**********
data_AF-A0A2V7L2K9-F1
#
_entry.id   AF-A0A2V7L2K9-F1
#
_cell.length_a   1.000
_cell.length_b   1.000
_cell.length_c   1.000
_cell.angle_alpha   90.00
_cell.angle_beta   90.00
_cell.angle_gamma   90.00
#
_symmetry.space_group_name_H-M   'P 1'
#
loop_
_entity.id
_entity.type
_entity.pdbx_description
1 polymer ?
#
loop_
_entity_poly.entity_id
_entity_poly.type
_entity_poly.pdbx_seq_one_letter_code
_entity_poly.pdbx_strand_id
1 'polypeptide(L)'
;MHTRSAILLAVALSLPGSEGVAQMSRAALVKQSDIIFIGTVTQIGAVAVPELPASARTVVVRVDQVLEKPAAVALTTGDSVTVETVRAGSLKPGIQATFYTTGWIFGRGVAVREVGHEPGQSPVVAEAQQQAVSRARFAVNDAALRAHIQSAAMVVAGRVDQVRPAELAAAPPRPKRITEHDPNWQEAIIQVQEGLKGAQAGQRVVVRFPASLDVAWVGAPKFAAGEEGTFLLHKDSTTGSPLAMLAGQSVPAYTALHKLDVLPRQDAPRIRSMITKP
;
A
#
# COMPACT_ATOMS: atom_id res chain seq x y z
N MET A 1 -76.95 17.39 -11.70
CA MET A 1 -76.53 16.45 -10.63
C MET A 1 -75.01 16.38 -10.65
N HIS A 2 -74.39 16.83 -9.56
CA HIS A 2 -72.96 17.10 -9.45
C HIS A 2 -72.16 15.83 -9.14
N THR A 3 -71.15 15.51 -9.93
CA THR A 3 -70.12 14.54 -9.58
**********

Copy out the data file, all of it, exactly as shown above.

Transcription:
data_AF-A0A2V7L2K9-F1
#
_entry.id   AF-A0A2V7L2K9-F1
#
_cell.length_a   1.000
_cell.length_b   1.000
_cell.length_c   1.000
_cell.angle_alpha   90.00
_cell.angle_beta   90.00
_cell.angle_gamma   90.00
#
_symmetry.space_group_name_H-M   'P 1'
#
loop_
_entity.id
_entity.type
_entity.pdbx_description
1 polymer ?
#
loop_
_entity_poly.entity_id
_entity_poly.type
_entity_poly.pdbx_seq_one_letter_code
_entity_poly.pdbx_strand_id
1 'polypeptide(L)'
;MHTRSAILLAVALSLPGSEGVAQMSRAALVKQSDIIFIGTVTQIGAVAVPELPASARTVVVRVDQVLEKPAAVALTTGDSVTVETVRAGSLKPGIQATFYTTGWIFGRGVAVREVGHEPGQSPVVAEAQQQAVSRARFAVNDAALRAHIQSAAMVVAGRVDQVRPAELAAAPPRPKRITEHDPNWQEAIIQVQEGLKGAQAGQRVVVRFPASLDVAWVGAPKFAAGEEGTFLLHKDSTTGSPLAMLAGQSVPAYTALHKLDVLPRQDAPRIRSMITKP
;
A
#
# COMPACT_ATOMS: atom_id res chain seq x y z
N MET A 1 -76.95 17.39 -11.70
CA MET A 1 -76.53 16.45 -10.63
C MET A 1 -75.01 16.38 -10.65
N HIS A 2 -74.39 16.83 -9.56
CA HIS A 2 -72.96 17.10 -9.45
C HIS A 2 -72.16 15.83 -9.14
N THR A 3 -71.15 15.51 -9.93
CA THR A 3 -70.12 14.54 -9.58